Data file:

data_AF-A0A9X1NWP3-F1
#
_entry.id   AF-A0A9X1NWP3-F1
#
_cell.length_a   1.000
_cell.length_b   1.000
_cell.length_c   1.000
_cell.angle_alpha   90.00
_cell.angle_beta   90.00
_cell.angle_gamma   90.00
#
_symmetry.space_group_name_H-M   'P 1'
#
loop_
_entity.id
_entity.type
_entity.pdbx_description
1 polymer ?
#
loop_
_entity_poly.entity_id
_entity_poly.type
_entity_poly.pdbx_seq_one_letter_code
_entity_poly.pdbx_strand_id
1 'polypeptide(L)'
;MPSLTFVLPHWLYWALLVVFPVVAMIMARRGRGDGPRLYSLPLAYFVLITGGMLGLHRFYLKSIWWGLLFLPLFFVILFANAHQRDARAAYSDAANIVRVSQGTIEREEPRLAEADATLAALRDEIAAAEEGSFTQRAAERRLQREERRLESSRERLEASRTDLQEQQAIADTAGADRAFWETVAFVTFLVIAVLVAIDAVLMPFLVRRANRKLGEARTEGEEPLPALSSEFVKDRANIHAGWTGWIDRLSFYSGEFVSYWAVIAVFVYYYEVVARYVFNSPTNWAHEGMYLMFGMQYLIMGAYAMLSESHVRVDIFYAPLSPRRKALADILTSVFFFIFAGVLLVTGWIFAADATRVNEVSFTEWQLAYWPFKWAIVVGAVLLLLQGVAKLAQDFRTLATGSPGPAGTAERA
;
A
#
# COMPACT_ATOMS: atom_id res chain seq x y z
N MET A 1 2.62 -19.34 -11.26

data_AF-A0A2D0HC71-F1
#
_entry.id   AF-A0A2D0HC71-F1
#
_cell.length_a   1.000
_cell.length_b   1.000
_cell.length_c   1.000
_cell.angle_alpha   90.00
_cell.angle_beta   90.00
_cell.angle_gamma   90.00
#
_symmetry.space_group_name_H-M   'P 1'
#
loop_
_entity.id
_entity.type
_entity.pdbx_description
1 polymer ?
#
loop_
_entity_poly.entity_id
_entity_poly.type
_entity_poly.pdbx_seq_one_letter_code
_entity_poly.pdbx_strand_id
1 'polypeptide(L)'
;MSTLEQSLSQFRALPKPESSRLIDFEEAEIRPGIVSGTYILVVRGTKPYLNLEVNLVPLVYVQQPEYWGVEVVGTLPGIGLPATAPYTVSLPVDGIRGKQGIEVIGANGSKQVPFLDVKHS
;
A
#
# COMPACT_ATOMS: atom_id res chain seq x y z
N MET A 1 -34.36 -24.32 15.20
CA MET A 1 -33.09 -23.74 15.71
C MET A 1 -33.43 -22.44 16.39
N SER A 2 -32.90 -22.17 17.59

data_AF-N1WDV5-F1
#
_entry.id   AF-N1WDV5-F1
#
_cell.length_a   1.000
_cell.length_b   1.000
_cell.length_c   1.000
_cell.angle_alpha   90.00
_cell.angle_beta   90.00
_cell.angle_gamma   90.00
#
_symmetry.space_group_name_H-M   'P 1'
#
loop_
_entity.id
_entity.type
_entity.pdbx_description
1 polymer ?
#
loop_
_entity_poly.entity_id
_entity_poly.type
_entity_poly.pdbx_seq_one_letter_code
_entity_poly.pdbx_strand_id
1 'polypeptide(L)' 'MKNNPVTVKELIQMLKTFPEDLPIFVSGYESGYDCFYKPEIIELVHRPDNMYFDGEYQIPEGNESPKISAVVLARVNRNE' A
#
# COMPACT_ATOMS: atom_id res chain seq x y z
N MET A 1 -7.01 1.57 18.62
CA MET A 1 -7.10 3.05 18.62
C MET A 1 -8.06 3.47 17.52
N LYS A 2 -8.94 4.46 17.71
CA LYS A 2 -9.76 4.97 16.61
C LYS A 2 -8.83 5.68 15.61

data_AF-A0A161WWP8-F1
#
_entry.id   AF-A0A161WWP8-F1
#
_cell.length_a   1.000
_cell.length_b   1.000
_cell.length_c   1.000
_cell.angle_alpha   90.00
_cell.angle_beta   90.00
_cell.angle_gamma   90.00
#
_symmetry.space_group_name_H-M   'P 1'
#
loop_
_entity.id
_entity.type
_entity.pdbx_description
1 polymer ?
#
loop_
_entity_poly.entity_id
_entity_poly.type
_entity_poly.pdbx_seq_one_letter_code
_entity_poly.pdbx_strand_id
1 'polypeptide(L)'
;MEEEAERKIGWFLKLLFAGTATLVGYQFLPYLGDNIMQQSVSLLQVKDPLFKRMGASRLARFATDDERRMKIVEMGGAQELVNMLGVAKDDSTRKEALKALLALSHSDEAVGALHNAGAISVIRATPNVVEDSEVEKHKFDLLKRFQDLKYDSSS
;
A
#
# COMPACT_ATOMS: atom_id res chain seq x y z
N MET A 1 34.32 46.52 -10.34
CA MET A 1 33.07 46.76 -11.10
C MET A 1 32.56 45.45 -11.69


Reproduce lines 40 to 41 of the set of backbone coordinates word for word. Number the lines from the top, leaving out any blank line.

_cell.angle_beta   90.00
_cell.angle_gamma   90.00